the potential impact of having to fund any such contingent commitments;
transaction fee revenue we expect to recognize when loans are originated by our banking partner;
our financial condition and performance, including our ability to remain cash flow positive and the impact that management’s estimates have on our financial performance;
our ability to prevent and detect identity theft;
our ability to develop and maintain effective internal controls;
our compliance with applicable local, state and federal laws, including the Investment Advisors Act of 1940, the Investment Company Act of 1940 and other laws; and
our compliance with applicable regulations and regulatory developments affecting our marketplace.

We may not actually achieve the plans, intentions or expectations disclosed in forward-looking statements, and you should not place undue reliance on forward-looking statements. We have included important factors in the cautionary statements included in this Report, particularly in the “Risk Factors” section of our Annual Report on Form 10-K for the year ended December 31, 2014, that could, among other things, cause actual results or events to differ materially from forward-looking statements contained in this Report. Forward-looking statements do not reflect the potential impact of any future acquisitions, mergers, dispositions, joint ventures or investments we may make.
You should read this Report carefully and completely and with the understanding that actual future results may be materially different from what we expect. We do not assume any obligation to update or revise any forward-looking statements, whether as a result of new information, future events or otherwise, other than as required by law.


1




PART I. FINANCIAL INFORMATION
Item 1. Financial Statements
LENDINGCLUB CORPORATION
Consolidated Balance Sheets
(In Thousands, Except Share and Per Share Amounts)
(Unaudited)
 
March 31, 2015
 
December 31, 2014
Assets
 
 
 
Cash and cash equivalents
$
874,125

 
$
869,780

Restricted cash
39,247

 
46,763

Loans at fair value (includes $2,037,776 and $1,772,407 from consolidated trust, respectively)
3,230,661

 
2,798,505

Accrued interest receivable (includes $16,604 and $15,209 from consolidated trust, respectively)
26,577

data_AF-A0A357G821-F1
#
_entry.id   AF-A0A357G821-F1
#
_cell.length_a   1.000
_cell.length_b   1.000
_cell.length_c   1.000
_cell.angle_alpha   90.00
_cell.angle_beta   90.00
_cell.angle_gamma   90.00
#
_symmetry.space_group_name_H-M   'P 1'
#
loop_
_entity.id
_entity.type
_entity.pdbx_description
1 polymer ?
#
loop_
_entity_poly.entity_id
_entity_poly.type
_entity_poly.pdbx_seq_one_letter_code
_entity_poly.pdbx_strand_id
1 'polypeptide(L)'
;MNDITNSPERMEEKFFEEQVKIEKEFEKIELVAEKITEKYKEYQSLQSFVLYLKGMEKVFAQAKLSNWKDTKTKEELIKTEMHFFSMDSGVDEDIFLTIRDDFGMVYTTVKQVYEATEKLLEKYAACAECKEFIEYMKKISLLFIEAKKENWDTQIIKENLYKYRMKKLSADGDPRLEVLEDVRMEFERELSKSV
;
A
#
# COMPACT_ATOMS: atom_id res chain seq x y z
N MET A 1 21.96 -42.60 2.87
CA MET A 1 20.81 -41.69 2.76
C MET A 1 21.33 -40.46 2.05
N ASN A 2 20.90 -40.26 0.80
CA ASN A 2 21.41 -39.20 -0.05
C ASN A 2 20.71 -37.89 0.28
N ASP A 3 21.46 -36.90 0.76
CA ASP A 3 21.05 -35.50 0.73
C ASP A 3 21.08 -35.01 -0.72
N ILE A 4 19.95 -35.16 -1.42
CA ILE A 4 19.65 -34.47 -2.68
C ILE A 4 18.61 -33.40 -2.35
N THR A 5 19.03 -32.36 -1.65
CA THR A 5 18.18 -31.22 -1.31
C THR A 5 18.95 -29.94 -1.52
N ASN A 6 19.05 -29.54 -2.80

24,262

Property, equipment and software, net
31,295

 
27,051

Intangible assets, net
34,758

 
36,302

Goodwill
72,683

 
72,592

Due from related parties
524

 
467

Other assets
17,718

 
14,332

Total assets
$
4,327,588

 
$
3,890,054

Liabilities
 
 
 
Accounts payable
$
3,861

 
$
5,892

Accrued interest payable (includes $18,732 and $16,989 from consolidated trust, respectively)
29,683

 
26,964

Accrued expenses and other liabilities
31,786

 
31,620

Payable to investors
30,817

 
38,741

Notes and certificates at fair value (includes $2,049,748 and $1,772,407 from consolidated trust, respectively)
3,249,346

 
2,813,618

Total liabilities
3,345,493

 
2,916,835

Commitments and contingencies (see Note 12 - Commitments and Contingencies)

 

Stockholders' Equity
 
 
 
Common stock, $0.01 par value; 900,000,000 shares authorized at March 31, 2015 and December 31, 2014, respectively; 372,103,394 and 371,443,916 shares issued and outstanding at March 31, 2015 and December 31, 2014, respectively
3,721

 
3,714

Additional paid-in capital
1,067,971

 
1,052,728

Accumulated deficit
(89,597
)
 
(83,223
)
Total stockholders’ equity
982,095

 
973,219

Total liabilities and stockholders’ equity
$
4,327,588

 
$
3,890,054


See Notes to Consolidated Financial Statements

2

LENDINGCLUB CORPORATION
Consolidated Statements of Operations
(In Thousands, Except Share and Per Share Amounts)
(Unaudited)

 
Three Months Ended March 31,
 
2015
 
2014
Operating revenue:
 
 
 
Transaction fees
$
72,482

 
$
35,412

Servicing fees
5,392

 
1,780

Management fees
2,215

 
1,094

Other revenue
956

 
416

Total operating revenue
81,045

 
38,702

Net interest income:
 
 
 
Total interest income
113,472

 
73,048

Total interest expense
(113,280
)
 
(73,000
)
Net interest income
192

 
48

Fair value adjustments, loans